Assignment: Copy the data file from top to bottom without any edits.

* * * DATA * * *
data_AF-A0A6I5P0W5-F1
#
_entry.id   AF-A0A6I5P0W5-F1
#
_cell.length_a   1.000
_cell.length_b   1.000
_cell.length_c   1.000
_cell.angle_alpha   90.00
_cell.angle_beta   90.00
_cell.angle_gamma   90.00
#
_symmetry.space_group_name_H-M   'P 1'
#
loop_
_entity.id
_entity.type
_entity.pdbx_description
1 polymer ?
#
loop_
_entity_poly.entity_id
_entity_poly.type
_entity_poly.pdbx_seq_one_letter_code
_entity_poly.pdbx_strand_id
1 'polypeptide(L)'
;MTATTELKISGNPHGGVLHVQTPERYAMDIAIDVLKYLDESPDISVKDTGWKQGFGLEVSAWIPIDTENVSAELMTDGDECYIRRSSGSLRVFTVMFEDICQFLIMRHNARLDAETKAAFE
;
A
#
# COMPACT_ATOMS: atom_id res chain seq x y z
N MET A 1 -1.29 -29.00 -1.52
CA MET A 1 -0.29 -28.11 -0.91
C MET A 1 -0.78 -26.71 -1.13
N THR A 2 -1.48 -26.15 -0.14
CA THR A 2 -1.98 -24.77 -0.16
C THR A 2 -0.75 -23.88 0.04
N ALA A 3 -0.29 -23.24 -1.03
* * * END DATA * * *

data_AF-A0A6I5P0W5-F1
#
_entry.id   AF-A0A6I5P0W5-F1
#
_cell.length_a   1.000
_cell.length_b   1.000
_cell.length_c   1.000
_cell.angle_alpha   90.00
_cell.angle_beta   90.00
_cell.angle_gamma   90.00
#
_symmetry.space_group_name_H-M   'P 1'
#
loop_
_entity.id
_entity.type
_entity.pdbx_description
1 polymer ?
#
loop_
_entity_poly.entity_id
_entity_poly.type
_entity_poly.pdbx_seq_one_letter_code
_entity_poly.pdbx_strand_id
1 'polypeptide(L)'
;MTATTELKISGNPHGGVLHVQTPERYAMDIAIDVLKYLDESPDISVKDTGWKQGFGLEVSAWIPIDTENVSAELMTDGDECYIRRSSGSLRVFTVMFEDICQFLIMRHNARLDAETKAAFE
;
A
#
# COMPACT_ATOMS: atom_id res chain seq x y z
N MET A 1 -1.29 -29.00 -1.52
CA MET A 1 -0.29 -28.11 -0.91
C MET A 1 -0.78 -26.71 -1.13
N THR A 2 -1.48 -26.15 -0.14
CA THR A 2 -1.98 -24.77 -0.16
C THR A 2 -0.75 -23.88 0.04
N ALA A 3 -0.29 -23.24 -1.03